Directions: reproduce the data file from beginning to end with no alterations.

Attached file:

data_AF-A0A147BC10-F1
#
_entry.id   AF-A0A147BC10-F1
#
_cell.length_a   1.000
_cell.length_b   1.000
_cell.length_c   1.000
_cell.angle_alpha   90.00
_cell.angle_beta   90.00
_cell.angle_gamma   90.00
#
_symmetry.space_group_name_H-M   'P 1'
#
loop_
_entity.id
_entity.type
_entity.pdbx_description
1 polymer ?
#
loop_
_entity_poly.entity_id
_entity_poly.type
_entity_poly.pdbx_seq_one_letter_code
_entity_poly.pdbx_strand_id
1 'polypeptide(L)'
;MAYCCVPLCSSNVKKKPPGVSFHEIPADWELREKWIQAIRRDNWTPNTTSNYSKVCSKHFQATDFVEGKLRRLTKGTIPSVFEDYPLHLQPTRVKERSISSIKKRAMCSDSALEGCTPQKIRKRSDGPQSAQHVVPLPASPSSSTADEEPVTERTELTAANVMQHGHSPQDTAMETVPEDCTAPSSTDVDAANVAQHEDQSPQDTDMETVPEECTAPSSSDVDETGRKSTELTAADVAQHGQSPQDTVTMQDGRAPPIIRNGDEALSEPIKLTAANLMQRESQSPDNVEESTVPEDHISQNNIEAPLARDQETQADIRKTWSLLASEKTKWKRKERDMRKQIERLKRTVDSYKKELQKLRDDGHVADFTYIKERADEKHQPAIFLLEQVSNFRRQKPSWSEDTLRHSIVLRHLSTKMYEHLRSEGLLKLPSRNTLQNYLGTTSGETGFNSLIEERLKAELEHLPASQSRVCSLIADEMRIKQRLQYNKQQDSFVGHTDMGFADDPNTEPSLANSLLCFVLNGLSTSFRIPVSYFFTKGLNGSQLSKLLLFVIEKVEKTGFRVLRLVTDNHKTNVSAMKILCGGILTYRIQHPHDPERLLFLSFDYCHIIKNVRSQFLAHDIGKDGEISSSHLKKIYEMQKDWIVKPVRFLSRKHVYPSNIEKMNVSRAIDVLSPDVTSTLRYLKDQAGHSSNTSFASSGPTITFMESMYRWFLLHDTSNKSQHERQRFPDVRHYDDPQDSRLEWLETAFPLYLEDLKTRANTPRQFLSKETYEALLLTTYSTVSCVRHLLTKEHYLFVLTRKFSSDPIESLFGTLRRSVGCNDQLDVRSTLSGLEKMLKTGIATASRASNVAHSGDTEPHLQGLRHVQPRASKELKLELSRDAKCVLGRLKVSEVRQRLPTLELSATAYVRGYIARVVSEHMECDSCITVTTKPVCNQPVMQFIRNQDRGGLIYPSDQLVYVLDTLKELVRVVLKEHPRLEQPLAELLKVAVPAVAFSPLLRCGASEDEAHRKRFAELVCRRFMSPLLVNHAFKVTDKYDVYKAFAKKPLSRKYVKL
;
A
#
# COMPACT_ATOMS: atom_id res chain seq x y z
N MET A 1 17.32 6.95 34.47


data_AF-A0A147BC10-F1
#
_entry.id   AF-A0A147BC10-F1
#
_cell.length_a   1.000
_cell.length_b   1.000
_cell.length_c   1.000
_cell.angle_alpha   90.00
_cell.angle_beta   90.00
_cell.angle_gamma   90.00
#
_symmetry.space_group_name_H-M   'P 1'
#
loop_
_entity.id
_entity.type
_entity.pdbx_description
1 polymer ?
#
loop_
_entity_poly.entity_id
_entity_poly.type
_entity_poly.pdbx_seq_one_letter_code
_entity_poly.pdbx_strand_id
1 'polypeptide(L)'
;MAYCCVPLCSSNVKKKPPGVSFHEIPADWELREKWIQAIRRDNWTPNTTSNYSKVCSKHFQATDFVEGKLRRLTKGTIPSVFEDYPLHLQPTRVKERSISSIKKRAMCSDSALEGCTPQKIRKRSDGPQSAQHVVPLPASPSSSTADEEPVTERTELTAANVMQHGHSPQDTAMETVPEDCTAPSSTDVDAANVAQHEDQSPQDTDMETVPEECTAPSSSDVDETGRKSTELTAADVAQHGQSPQDTVTMQDGRAPPIIRNGDEALSEPIKLTAANLMQRESQSPDNVEESTVPEDHISQNNIEAPLARDQETQADIRKTWSLLASEKTKWKRKERDMRKQIERLKRTVDSYKKELQKLRDDGHVADFTYIKERADEKHQPAIFLLEQVSNFRRQKPSWSEDTLRHSIVLRHLSTKMYEHLRSEGLLKLPSRNTLQNYLGTTSGETGFNSLIEERLKAELEHLPASQSRVCSLIADEMRIKQRLQYNKQQDSFVGHTDMGFADDPNTEPSLANSLLCFVLNGLSTSFRIPVSYFFTKGLNGSQLSKLLLFVIEKVEKTGFRVLRLVTDNHKTNVSAMKILCGGILTYRIQHPHDPERLLFLSFDYCHIIKNVRSQFLAHDIGKDGEISSSHLKKIYEMQKDWIVKPVRFLSRKHVYPSNIEKMNVSRAIDVLSPDVTSTLRYLKDQAGHSSNTSFASSGPTITFMESMYRWFLLHDTSNKSQHERQRFPDVRHYDDPQDSRLEWLETAFPLYLEDLKTRANTPRQFLSKETYEALLLTTYSTVSCVRHLLTKEHYLFVLTRKFSSDPIESLFGTLRRSVGCNDQLDVRSTLSGLEKMLKTGIATASRASNVAHSGDTEPHLQGLRHVQPRASKELKLELSRDAKCVLGRLKVSEVRQRLPTLELSATAYVRGYIARVVSEHMECDSCITVTTKPVCNQPVMQFIRNQDRGGLIYPSDQLVYVLDTLKELVRVVLKEHPRLEQPLAELLKVAVPAVAFSPLLRCGASEDEAHRKRFAELVCRRFMSPLLVNHAFKVTDKYDVYKAFAKKPLSRKYVKL
;
A
#
# COMPACT_ATOMS: atom_id res chain seq x y z
N MET A 1 17.32 6.95 34.47